Semester: First Semester Course Convener: Professor Alexander Paterson Format: Block Teaching

One of the key ways to govern the impact of society on the environment is through regulating land use and planning. Land use planning law came into being at the beginning of the twentieth century but environmental law was superimposed on it towards the end of the twentieth century. The past few decades have accordingly seen a significant shift in the array and nature of regulatory tools planning authorities have sought to use to achieve a balance between the dictates of development and environmental protection. Key planning tools which are inherent in domestic legal frameworks include: integrated development planning; future spatial planning; zoning schemes; subdivision; title deed restrictions; environmental impact assessment; the designation of protected areas; and in the context of coastal management, integrated coastal planning.

This course aims to critically examine the nature of these various planning tools. South Africa’s domestic regime is used as a case study through which to explore their practical application. These land use and planning tools are of relevance to every landowner and the course is accordingly of relevance to domestic legal practitioners, government officials and those working in the NGO sector. Furthermore, given the contemporary nature of South Africa’s environmental impact assessment, coastal planning and protected areas regimes in particular, the course is of key relevance to foreign students wishing to understand, critique and become involved in the reformation of their own domestic land use and planning regimes.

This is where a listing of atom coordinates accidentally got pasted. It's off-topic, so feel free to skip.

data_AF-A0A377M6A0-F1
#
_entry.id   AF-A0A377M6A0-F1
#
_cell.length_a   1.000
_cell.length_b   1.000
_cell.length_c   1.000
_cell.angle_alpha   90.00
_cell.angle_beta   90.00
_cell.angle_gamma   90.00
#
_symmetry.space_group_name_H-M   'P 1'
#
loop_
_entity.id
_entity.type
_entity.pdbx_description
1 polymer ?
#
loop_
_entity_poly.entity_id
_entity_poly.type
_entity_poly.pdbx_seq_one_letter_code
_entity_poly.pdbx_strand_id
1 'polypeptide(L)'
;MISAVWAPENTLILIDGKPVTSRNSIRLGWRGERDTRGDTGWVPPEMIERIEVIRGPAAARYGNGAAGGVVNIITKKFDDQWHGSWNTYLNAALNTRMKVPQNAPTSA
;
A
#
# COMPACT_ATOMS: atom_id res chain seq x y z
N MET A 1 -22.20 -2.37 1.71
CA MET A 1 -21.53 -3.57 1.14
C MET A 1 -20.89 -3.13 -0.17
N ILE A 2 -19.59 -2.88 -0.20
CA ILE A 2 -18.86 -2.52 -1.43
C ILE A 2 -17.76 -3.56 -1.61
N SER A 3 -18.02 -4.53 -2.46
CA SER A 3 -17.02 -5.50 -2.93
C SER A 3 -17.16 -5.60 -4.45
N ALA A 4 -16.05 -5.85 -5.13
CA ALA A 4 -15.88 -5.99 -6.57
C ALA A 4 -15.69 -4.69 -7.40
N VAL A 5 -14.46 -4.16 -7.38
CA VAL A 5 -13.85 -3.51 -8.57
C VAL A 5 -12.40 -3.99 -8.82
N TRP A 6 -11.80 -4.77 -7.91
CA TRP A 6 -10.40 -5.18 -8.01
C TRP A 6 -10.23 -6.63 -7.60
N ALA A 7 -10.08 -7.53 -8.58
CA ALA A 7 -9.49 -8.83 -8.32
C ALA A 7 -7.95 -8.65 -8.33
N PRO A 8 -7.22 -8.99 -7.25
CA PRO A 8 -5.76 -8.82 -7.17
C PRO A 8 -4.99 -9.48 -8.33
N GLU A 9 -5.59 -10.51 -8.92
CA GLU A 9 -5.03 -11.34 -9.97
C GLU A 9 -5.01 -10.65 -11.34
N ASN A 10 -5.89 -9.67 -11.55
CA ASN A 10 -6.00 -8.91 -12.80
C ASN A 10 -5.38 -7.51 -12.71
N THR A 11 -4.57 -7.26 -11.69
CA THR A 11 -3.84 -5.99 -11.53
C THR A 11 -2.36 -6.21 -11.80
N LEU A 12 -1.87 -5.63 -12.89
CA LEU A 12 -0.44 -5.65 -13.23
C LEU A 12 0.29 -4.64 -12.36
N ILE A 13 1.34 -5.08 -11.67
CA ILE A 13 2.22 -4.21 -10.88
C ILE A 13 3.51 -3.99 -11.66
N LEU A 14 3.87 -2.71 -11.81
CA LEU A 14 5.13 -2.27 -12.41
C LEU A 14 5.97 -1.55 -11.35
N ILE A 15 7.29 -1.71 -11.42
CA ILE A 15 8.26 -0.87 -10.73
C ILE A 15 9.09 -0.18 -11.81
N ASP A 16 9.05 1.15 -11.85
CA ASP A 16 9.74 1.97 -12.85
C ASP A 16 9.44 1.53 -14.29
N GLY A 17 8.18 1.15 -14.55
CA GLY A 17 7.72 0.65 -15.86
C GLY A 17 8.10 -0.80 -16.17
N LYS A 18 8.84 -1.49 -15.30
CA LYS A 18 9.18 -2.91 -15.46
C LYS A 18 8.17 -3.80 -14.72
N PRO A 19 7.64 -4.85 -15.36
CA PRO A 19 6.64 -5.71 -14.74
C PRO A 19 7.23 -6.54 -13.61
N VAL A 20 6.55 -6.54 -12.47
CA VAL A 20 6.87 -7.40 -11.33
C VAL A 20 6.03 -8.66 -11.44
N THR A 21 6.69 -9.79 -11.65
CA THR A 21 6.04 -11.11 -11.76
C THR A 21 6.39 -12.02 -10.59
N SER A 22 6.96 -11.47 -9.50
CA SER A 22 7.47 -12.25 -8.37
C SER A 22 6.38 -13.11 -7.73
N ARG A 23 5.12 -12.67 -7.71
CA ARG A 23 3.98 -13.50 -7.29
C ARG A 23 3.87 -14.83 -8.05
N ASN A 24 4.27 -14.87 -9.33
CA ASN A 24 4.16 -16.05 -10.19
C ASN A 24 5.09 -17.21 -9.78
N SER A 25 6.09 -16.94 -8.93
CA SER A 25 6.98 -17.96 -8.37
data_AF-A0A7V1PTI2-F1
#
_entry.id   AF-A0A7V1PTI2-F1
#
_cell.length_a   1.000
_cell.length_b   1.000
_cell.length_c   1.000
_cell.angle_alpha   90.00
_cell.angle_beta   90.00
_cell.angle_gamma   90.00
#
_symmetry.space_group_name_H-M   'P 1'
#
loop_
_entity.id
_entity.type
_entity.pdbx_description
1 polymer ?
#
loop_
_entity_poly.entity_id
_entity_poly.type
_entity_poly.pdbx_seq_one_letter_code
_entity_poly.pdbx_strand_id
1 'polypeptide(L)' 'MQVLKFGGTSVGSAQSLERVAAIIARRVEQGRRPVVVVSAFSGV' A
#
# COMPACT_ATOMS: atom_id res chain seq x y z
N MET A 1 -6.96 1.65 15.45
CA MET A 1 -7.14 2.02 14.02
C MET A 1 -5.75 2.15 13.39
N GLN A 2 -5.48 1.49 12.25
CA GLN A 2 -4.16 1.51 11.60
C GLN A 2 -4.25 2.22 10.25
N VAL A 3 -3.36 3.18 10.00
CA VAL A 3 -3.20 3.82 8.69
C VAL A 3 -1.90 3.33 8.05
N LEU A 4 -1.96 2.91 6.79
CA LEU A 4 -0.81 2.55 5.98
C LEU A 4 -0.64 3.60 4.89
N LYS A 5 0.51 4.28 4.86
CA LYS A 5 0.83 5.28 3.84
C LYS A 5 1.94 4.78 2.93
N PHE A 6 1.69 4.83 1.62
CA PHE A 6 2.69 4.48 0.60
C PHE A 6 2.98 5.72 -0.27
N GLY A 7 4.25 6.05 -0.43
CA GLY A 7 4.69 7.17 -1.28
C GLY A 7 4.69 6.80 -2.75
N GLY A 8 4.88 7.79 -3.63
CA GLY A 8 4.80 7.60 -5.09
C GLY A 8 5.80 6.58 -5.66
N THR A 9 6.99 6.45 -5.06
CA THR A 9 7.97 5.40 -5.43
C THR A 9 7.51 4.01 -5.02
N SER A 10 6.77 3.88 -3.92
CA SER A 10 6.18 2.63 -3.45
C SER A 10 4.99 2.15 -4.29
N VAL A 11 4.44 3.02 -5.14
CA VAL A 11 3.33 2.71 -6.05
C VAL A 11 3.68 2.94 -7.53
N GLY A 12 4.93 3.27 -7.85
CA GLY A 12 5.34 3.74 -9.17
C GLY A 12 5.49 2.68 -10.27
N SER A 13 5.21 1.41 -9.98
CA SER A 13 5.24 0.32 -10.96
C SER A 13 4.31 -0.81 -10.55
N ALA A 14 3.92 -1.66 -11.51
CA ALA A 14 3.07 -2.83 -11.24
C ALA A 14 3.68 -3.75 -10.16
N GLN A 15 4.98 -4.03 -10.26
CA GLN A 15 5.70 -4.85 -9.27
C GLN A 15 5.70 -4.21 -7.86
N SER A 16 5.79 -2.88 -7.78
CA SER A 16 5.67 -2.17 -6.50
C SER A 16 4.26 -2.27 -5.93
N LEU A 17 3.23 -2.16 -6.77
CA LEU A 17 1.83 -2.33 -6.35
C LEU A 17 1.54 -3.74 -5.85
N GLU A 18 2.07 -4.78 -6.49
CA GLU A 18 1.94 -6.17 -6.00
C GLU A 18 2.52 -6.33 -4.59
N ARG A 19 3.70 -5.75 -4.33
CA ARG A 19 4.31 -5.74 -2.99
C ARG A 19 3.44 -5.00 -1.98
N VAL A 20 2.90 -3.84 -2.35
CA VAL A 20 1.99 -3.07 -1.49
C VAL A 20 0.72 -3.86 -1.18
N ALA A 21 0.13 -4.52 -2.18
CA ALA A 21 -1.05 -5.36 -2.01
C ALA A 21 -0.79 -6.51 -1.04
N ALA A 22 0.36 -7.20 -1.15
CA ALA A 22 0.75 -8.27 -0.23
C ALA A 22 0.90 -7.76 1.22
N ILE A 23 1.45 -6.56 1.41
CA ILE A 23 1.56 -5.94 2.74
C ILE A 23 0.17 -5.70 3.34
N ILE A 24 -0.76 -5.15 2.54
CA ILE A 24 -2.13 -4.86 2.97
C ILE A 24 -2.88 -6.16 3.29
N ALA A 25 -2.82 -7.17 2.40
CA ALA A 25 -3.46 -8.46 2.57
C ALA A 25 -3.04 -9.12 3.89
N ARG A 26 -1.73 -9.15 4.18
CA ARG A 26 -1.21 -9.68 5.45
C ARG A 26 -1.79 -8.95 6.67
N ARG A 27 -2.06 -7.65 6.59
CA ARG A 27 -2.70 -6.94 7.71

Not on offer in 2024